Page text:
NJ Criminal Defense Attorney & Former Prosecutor
An innocent act of picking up a mislaid or lost piece of property or a mistaken delivery, can turn into a criminal offense under certain circumstances. If you or loved one find yourself in such a situation, and have been arrested, charged or indicted for theft of property under N.J.S.A. 2C:20-6, our criminal lawyers can assist you. Our law firm, the Law Offices of Jonathan F. Marshall, represent individuals charged with theft statewide including Monmouth County, Union County, Somerset County, Ocean County, Middlesex County, Mercer County, Essex County and Hudson County. A lawyer with our firm is available to answer your questions and provide you with the necessary information concerning your charge. Initial consultations with our law office are always without charge, so please do not hesitate to contact us and speak to one of our attorneys. The following information is provided to assist you in understanding the law and issues involved.
In accordance with N.J.S.A. 2C:20-6, captioned Theft of property lost, mislaid, or delivered by mistake “a person who comes into control of property of another that he knows to have been lost, mislaid, or delivered under a mistake as to the nature or amount of the property or the identity of the recipient is guilty of theft if, knowing the identity of the owner and with purpose to deprive said owner thereof, he converts the property to his own use.”
Explanation of the Law
- Assumption of Control: This provision of the law limits criminal responsibility to individuals who actually take control of lost property. There is no liability under the law for mere handling or knowledge that the property has been mislaid, lost or delivered in error. Where there is any issue as to “control,” an attorney with our office will explore every opportunity for a defense on this front.
- Intent: The requirement of purposeful conduct is particularly complicated with respect to theft of property lost, mislaid or delivered in error. First, the prosecutor must establish that the accused knew that the property was lost, mislaid, or delivered under a mistake as to the nature or amount of the property. Second, the prosecutor must establish that the accused knew the identity of the true owner. A complaint or indictment under N.J.S.A. 2C:20-6 is not sustainable if the accused lacks knowledge of the identity of the true owner. Third, the state must demonstrate that the accused intended to deprive the actual owner of his or her property. An accused must possess this state of mind in all three respects or the charge is misplaced. Accordingly, possession of property that is believed to be abandoned or property held with the intention of returning it to the true owner, will not suffice under N.J.S.A. 2C:20-6. It must be kept in mind, however, that an accused cannot withhold property for a substantial period. Our attorneys will make sure that the state establishes intent in all three respects.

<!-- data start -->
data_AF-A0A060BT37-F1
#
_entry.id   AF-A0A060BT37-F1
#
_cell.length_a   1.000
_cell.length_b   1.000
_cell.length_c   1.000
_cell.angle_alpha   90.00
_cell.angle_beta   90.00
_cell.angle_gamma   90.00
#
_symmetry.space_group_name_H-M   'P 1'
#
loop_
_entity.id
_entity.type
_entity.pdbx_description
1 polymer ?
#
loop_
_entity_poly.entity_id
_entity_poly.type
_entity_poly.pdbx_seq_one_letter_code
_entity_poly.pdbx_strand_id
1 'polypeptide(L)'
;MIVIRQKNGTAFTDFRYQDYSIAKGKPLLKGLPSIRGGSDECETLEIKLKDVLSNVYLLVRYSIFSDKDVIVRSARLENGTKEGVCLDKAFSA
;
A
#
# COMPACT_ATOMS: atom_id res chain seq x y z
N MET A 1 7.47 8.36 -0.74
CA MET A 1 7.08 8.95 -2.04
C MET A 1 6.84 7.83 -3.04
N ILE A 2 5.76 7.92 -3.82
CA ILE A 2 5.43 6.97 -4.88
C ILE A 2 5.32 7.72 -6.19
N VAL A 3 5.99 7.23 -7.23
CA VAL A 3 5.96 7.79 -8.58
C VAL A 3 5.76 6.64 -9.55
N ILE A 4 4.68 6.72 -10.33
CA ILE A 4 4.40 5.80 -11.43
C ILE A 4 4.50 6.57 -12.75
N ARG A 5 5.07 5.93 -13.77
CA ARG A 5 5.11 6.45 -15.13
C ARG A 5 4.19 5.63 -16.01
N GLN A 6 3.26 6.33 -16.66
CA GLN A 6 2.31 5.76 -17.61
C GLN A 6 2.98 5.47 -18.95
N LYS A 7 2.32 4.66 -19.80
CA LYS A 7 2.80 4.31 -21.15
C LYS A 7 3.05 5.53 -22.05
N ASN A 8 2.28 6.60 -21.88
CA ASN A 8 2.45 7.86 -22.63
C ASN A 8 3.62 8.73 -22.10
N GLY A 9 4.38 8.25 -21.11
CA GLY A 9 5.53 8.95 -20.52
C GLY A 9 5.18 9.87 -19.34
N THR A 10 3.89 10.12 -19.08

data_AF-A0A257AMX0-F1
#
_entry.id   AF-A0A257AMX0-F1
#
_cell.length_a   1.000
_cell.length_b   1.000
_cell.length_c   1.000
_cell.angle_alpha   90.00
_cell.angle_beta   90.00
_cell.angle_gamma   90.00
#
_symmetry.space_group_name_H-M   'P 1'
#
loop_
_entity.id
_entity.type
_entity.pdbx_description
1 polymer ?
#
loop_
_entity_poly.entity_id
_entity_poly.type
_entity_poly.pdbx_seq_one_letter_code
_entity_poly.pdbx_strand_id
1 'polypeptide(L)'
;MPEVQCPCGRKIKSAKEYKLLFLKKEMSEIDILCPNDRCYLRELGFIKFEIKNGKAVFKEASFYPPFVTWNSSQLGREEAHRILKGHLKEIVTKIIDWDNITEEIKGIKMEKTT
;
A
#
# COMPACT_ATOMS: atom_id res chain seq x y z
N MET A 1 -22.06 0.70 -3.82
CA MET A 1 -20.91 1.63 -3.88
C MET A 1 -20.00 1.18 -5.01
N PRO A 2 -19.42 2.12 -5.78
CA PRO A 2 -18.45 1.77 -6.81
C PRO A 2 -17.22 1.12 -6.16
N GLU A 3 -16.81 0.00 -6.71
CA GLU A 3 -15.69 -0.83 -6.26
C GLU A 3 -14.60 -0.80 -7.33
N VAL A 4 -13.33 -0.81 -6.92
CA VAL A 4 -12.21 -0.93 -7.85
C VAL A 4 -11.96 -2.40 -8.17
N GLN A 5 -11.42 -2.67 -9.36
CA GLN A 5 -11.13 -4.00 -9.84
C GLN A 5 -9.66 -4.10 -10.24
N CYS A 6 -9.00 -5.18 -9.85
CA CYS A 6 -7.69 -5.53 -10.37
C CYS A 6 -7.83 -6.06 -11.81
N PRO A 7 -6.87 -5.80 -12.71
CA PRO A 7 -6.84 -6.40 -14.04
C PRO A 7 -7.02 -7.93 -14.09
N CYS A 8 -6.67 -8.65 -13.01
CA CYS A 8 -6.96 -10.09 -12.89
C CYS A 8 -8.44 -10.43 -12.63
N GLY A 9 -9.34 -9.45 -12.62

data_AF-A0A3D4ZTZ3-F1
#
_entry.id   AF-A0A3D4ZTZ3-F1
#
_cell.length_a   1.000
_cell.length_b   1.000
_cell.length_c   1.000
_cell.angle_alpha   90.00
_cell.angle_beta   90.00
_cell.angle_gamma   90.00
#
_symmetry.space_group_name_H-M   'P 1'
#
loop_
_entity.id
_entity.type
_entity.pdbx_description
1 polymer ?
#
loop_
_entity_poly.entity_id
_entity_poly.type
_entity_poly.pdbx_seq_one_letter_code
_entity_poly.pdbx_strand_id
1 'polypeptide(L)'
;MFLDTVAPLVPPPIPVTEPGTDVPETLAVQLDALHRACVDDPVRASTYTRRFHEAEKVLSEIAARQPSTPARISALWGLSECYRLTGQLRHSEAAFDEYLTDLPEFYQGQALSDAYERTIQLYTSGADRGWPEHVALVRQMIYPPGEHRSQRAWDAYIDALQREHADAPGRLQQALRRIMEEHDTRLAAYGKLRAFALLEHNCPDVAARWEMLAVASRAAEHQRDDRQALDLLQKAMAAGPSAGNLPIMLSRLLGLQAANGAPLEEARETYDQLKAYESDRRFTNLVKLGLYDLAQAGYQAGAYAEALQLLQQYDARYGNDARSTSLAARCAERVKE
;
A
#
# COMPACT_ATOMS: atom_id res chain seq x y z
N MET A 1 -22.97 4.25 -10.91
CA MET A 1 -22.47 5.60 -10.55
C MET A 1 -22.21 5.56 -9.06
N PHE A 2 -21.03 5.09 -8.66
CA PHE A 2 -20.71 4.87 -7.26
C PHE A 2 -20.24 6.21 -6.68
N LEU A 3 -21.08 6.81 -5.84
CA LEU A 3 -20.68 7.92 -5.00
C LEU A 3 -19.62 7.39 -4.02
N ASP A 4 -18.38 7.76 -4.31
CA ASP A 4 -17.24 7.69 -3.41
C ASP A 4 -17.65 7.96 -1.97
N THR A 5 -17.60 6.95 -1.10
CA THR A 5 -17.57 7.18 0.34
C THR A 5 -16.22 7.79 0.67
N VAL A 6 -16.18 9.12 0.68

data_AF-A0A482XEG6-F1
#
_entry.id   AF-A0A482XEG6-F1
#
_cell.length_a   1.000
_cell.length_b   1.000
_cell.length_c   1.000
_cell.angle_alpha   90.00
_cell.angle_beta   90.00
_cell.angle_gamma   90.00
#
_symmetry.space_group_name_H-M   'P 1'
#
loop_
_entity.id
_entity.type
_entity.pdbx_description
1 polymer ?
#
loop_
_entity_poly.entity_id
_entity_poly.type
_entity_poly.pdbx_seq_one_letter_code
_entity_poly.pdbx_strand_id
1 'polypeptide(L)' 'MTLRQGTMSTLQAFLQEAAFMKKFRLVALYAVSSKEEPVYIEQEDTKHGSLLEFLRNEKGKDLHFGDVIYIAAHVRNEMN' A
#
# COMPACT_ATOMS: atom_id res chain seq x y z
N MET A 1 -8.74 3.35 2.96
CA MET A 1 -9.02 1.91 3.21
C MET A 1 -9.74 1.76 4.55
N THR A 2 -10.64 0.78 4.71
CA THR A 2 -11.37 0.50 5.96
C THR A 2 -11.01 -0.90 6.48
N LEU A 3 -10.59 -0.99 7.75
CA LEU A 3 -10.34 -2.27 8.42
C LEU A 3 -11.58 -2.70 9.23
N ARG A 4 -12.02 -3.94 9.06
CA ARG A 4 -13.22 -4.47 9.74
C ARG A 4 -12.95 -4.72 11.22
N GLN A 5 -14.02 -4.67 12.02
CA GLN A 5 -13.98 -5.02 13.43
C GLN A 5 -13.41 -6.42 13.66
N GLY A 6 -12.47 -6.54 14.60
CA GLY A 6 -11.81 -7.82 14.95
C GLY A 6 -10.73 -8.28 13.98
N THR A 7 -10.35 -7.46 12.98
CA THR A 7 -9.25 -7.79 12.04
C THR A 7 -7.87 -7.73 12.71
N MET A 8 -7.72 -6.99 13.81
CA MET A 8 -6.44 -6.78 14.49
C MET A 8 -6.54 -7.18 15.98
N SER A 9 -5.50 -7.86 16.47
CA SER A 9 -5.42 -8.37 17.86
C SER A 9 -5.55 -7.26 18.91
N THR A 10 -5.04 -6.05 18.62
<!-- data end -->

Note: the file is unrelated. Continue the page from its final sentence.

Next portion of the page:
- Material Elements: (i) The subject property was under the control of the accused; (ii) the property was lost, mislaid, or delivered under a mistake; (iii) the accused knew of the mistake; (iv) the accused knew the identity of the true owner; (v) the accused intended to deprive the owner of the property; and (vi) the accused converted the property to his own use.
The lawyers at our law office are prepared to assist individuals accused of theft of property lost, mislaid, or delivered by mistake. A lawyer is available to speak to you immediately about your Monmouth County, Union County, Ocean County, Middlesex County, Somerset County, Mercer County, Essex County or Hudson County case.